In light of these revelations, Full Fact has urged Facebook users to look out for some key signs of hoaxes online.
Disabled comments are common among fake posts, while scammers may also use a number of red siren emojis cause further alarm.
‘Most people genuinely trying to find a lost family member or pet are seeking information, so would likely want to allow people to comment,’ Full Fact says.
‘This isn’t a guarantee though—people may turn off comments for other reasons, for example if a missing person has been found, and some hoax posts keep the comments open.’
Unfamiliar language can be another sign too, with missing posts in the US often referring to ‘silver alerts’ which aren’t generally used in the UK.
Mr Moore added: ‘The comments section can often help add more information but it is still important to be sure of the authenticity of a post before interacting with it or sharing it wider as the affects can be huge if the original posts are fake.
‘Furthermore, when external links are included, it is vital that users think before they click on such websites as they can easily direct people to sites designed to scoop up lots of personal information including financial details.’
Meta has been working with Full Fact since 2019 in an effort to identify and review false stories, images and videos on its platforms.
In response to Full Fact’s investigation, Meta told MailOnline: ‘We’ve built the largest global fact-checking network of any platform, partnering with more than 90 independent fact-checking organisations including Full Fact, to tackle misinformation online.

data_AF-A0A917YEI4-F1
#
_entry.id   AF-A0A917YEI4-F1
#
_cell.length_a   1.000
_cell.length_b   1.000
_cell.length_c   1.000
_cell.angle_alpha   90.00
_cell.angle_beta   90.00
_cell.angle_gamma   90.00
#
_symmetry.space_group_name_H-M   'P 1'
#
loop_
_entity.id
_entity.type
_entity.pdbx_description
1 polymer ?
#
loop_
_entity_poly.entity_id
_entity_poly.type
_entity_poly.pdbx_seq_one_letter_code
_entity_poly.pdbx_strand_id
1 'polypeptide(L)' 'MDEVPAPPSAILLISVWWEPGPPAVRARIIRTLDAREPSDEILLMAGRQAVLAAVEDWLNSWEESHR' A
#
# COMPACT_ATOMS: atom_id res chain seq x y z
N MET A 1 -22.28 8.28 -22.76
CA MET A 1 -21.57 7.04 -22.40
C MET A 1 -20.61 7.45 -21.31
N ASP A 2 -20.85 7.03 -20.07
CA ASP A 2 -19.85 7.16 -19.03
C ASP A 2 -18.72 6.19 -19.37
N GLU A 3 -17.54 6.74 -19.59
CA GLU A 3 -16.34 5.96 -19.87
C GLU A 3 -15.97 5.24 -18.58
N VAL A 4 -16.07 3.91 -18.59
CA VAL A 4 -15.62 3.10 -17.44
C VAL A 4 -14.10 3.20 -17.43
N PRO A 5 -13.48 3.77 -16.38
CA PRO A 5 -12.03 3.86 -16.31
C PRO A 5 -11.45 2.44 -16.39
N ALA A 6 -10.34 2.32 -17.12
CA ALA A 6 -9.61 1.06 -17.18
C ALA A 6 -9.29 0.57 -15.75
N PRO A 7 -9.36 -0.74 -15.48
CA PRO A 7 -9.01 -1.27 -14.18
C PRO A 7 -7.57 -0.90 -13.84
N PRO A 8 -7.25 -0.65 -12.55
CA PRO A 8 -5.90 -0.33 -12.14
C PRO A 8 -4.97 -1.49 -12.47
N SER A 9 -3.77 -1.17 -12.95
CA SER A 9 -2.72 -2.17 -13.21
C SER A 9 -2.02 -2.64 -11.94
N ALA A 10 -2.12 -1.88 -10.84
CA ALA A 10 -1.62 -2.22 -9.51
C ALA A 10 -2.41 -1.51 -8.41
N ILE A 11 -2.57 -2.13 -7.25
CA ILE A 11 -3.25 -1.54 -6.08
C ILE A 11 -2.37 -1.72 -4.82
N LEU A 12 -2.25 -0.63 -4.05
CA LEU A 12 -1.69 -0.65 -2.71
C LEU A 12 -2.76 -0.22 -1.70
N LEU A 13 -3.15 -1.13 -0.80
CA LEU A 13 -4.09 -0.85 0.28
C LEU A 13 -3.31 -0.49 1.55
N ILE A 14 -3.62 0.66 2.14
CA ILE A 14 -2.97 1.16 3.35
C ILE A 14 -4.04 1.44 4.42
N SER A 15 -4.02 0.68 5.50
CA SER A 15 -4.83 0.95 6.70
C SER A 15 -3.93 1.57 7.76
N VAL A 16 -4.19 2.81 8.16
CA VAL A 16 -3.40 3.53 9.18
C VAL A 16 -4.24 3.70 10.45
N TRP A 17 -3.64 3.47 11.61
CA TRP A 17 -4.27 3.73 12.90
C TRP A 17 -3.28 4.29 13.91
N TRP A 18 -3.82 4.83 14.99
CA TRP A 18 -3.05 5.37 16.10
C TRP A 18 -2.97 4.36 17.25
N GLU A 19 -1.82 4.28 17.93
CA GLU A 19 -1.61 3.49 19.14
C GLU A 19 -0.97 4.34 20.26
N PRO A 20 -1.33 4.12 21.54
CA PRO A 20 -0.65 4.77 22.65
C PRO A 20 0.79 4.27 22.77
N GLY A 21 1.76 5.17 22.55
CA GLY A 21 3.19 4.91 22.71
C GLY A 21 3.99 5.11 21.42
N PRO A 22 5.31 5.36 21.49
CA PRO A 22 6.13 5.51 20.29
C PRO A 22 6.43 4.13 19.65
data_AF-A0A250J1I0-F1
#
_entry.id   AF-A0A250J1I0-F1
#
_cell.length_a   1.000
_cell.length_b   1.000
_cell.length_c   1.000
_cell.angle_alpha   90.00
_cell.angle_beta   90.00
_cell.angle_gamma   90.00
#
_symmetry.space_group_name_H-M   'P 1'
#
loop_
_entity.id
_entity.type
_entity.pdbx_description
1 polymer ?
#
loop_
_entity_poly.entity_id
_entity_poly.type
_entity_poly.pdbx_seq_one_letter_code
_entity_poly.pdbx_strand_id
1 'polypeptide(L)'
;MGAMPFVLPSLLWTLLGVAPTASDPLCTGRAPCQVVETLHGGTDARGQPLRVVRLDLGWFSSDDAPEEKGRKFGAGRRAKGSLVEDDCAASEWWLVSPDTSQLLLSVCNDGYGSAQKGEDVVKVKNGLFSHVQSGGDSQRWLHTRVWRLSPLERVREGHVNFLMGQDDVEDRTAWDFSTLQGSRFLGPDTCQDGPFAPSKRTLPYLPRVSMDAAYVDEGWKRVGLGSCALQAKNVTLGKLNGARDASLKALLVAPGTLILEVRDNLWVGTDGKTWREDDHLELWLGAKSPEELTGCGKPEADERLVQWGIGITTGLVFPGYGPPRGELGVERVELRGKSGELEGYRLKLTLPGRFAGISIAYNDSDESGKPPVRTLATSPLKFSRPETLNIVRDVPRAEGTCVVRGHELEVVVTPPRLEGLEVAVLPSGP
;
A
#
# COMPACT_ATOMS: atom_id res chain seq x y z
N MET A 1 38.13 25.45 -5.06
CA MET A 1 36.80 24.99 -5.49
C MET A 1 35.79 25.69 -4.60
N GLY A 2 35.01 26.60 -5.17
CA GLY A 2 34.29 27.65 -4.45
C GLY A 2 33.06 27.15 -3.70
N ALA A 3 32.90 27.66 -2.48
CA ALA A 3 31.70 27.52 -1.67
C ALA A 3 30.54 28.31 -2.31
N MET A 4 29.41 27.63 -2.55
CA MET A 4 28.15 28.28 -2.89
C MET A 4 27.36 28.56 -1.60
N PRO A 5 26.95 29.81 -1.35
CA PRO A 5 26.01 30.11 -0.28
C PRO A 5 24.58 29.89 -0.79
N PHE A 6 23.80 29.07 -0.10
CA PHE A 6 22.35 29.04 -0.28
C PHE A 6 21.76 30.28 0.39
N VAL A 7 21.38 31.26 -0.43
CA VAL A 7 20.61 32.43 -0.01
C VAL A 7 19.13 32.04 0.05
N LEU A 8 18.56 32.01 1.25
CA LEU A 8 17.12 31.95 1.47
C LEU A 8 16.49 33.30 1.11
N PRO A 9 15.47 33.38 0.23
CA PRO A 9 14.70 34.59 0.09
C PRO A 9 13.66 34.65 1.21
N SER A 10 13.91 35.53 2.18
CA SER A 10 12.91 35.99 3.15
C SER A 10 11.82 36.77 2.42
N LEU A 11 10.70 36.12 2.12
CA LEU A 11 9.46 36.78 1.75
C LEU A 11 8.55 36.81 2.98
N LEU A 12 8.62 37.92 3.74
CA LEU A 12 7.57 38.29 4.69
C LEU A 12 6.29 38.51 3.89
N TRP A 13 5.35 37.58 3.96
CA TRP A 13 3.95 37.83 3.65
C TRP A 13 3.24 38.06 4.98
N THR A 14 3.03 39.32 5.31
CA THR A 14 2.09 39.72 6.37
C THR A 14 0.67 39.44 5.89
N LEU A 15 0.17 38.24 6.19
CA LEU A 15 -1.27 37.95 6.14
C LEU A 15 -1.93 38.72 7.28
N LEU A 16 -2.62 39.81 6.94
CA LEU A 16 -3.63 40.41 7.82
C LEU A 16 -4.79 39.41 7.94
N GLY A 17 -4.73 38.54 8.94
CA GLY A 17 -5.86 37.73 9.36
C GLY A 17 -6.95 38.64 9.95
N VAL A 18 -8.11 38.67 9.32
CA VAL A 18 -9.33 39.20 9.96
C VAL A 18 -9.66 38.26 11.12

‘Fraudulent activity is not allowed on our platforms and we removed the posts Full Fact brought to our attention for violating our Community Standards.
‘While no enforcement is perfect, we continue to invest in new technologies to stop scams and the people behind them. We also introduced new tools last year to help Facebook Group admins prevent the spread of misinformation and manage interactions in their groups.’
HOW TO SPOT A HOAX POST
The comment section is switched off Most people genuinely trying to find a lost family member or pet are seeking information, so would likely want to allow people to comment.
However, this isn’t a guarantee as people may turn off comments for other reasons, for example if a missing person has been found, and some hoax posts keep the comments open.
The caption has been copied and pasted
To check this, highlight some of the text, and copy and paste it into Facebook’s search function at the top of the page.
If posts with identical or almost-identical text appear, even with different images, it’s likely a hoax.
The image has been used elsewhere
Try out a Google reverse image search to see if the image in question has appeared elsewhere.
However, it’s important to note that many hoax posts use images lifted from other Facebook pages, which may not come up here.
It’s posted by a page, not a profile
Watch out for posts uploaded by someone with a newly-created page, rather than a regular profile account, particularly if they’ve not posted anything else.
The image doesn’t look like it’s from the UK
Look out for unfamiliar number plates, cars and landmarks.
Full Fact claims they’ve seen American police cars and petrol stations in posts supposedly about events in the UK.
For instance, any reference to a ‘silver alert’ in a UK Facebook group should trigger an alarm bell.
Silver alerts are used in the US to notify the public about missing people.
There’s a red pin or red siren emoji
Hashtags and specific red emojis, such as sirens and red pins, are often used in hoax posts.
Clicking on the edit history (using the three horizontal dots at the top right of the post) will show you if the original content has been changed.
SOURCE: Full Fact